Everything in our lives now has at least 10 different ways to be measured, and another 50 articles on the metrics you should be using. This applies to more than just marketing—how to measure your personal success, how to measure your dog’s obedience, how to measure who does the dishes more often in your household. The list goes on, the numbers go on, and you spiral into a never-ending measurement crisis.
So, what happens when you start measuring everything? You lose track of what matters. Suddenly you’re grasping for one more like, one more follower, one more page view, one more gold star from your dog trainer. But do any of those measurements matter? Will they get you to your end goal? Probably not. In this sea of never-ending metrics, how do you know what to measure anymore?
The answer (don’t hate me): It depends.
In college, it was easy to measure my success—I had one goal in mind: pass my classes. Since graduation, I’ve realized that measuring success in my job has ranged from designing a dollhouse that would pass safety tests to planning a concert that would increase NPS scores to building campaigns that increase retention. Although the meaning of “success” in each of the scenarios is vastly different, how I determined my measurements was the same.
Here are four easy ways to help you cut through the key marketing metrics mess.
1. Define Your Goal
By defining your goal, you can help narrow your focus on what you should be measuring. If your goal is to increase retention rates by 10%, then measuring page views or other vanity metrics isn’t going to help you. When you define your goal, you can work backward to see what metrics will contribute to your success. Start by asking yourself what larger company goal you’re trying to make an impact on. This can be different for every department. Yours could be focused on revenue, building a brand vision, or even recruiting talent. Then ask yourself what channel you’re using. Are you using email, a blog, social posts, or working with an influencer? Use those two items to build the framework of your goal.
2. Minimize Your Metrics
Once you’ve defined the framework of your goal, there are still many metrics to choose from. Just because you can measure something, doesn’t mean you should. Focus on one metric that you can rally all the stakeholders for that project around. When you pick a key marketing metric that matters to multiple stakeholders, you’re able to easily communicate the importance of that project and quickly see whether the work everyone is doing is making an impact. This doesn’t mean that you should only use one metric forever. As you start to move forward with a project, you should increase the metrics you’re using to get the best results. This also allows you to develop benchmarks to be able to test and optimize as you move forward.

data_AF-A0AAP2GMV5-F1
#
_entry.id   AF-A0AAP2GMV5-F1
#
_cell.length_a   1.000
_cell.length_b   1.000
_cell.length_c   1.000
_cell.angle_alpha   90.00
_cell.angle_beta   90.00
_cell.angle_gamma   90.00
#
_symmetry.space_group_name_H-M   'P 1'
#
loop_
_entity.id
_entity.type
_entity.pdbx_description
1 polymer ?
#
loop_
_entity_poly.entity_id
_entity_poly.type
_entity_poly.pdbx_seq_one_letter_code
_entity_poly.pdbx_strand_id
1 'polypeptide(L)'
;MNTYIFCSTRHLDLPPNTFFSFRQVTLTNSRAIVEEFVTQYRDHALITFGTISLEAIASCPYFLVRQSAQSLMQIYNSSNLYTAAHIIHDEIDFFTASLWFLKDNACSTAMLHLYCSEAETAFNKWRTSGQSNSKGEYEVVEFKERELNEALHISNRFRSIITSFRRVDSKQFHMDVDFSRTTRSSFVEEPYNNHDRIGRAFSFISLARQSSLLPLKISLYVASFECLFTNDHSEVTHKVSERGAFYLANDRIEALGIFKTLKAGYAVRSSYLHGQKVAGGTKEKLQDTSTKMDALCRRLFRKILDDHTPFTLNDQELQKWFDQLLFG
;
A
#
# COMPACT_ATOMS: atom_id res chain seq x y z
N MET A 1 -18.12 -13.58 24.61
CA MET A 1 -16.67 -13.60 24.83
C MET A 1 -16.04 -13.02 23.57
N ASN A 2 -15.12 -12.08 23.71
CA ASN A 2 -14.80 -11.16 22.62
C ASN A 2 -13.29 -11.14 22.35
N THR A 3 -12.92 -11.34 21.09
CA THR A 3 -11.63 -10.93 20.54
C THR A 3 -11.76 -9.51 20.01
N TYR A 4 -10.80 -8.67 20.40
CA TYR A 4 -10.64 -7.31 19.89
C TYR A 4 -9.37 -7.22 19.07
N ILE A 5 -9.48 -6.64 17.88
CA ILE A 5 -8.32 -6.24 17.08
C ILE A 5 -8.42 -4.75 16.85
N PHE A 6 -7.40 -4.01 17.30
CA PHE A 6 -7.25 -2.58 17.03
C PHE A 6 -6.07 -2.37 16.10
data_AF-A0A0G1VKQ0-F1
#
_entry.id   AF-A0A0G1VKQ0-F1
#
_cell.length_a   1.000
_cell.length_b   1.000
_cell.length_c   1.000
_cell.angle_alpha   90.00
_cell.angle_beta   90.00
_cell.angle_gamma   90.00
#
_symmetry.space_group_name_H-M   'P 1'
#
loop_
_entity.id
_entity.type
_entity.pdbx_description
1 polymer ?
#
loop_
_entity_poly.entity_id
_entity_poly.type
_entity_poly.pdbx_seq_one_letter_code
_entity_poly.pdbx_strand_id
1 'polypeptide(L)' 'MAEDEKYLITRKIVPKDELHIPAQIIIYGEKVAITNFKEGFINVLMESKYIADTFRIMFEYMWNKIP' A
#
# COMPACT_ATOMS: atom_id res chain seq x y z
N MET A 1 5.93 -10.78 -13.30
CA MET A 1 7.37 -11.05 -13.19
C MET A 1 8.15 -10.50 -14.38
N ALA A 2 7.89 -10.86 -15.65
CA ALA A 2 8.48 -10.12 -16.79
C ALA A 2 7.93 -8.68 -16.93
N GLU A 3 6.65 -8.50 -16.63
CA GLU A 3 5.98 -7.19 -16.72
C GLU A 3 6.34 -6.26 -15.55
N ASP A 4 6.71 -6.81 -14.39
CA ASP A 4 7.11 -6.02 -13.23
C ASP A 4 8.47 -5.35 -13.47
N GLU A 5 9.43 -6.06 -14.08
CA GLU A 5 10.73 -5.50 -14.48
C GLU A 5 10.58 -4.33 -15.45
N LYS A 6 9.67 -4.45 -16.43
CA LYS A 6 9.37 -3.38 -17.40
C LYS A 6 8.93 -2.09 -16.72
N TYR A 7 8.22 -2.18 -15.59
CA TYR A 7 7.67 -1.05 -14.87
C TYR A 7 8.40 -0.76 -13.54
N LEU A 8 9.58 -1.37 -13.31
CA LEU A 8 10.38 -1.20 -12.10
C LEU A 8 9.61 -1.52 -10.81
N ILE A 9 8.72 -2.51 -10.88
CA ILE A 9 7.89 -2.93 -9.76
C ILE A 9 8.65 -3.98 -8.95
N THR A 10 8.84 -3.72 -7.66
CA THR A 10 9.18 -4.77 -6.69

3. Pretty Isn’t Always Relevant
Remember, at the end of the day, you measure something to show the impact on the business. Metrics, like friends, should give you value. What does it matter if you have 5,000 friends, but only three of them ever talk to you? I would say you actually only have three friends. There are a lot of vanity key marketing metrics out there that are easy to measure and look great in a graph/pie chart/visual, but they won’t help you to prove your bottom line.
4. Make Your Key Marketing Metrics Tell a Story
At the end of the day, you need to prove through your metrics that the project you worked on either achieved success or not. That sounds simple, but not everyone you will be presenting findings to will find your results as easy to translate or even understand why they matter (don’t worry, they do matter). At this point, you’ve defined your metrics and should know what to do if your metrics prove to be successful or how to improve if they aren’t. Put the data you’ve received into a digestible format and take a look at it from your audiences’ perspective. Will they understand how they should proceed with the project?
Take these tips and measure everything in your life a little easier! Do you have a great way to cut the metrics mess? How do you decide what to measure? I’d love to hear your thoughts!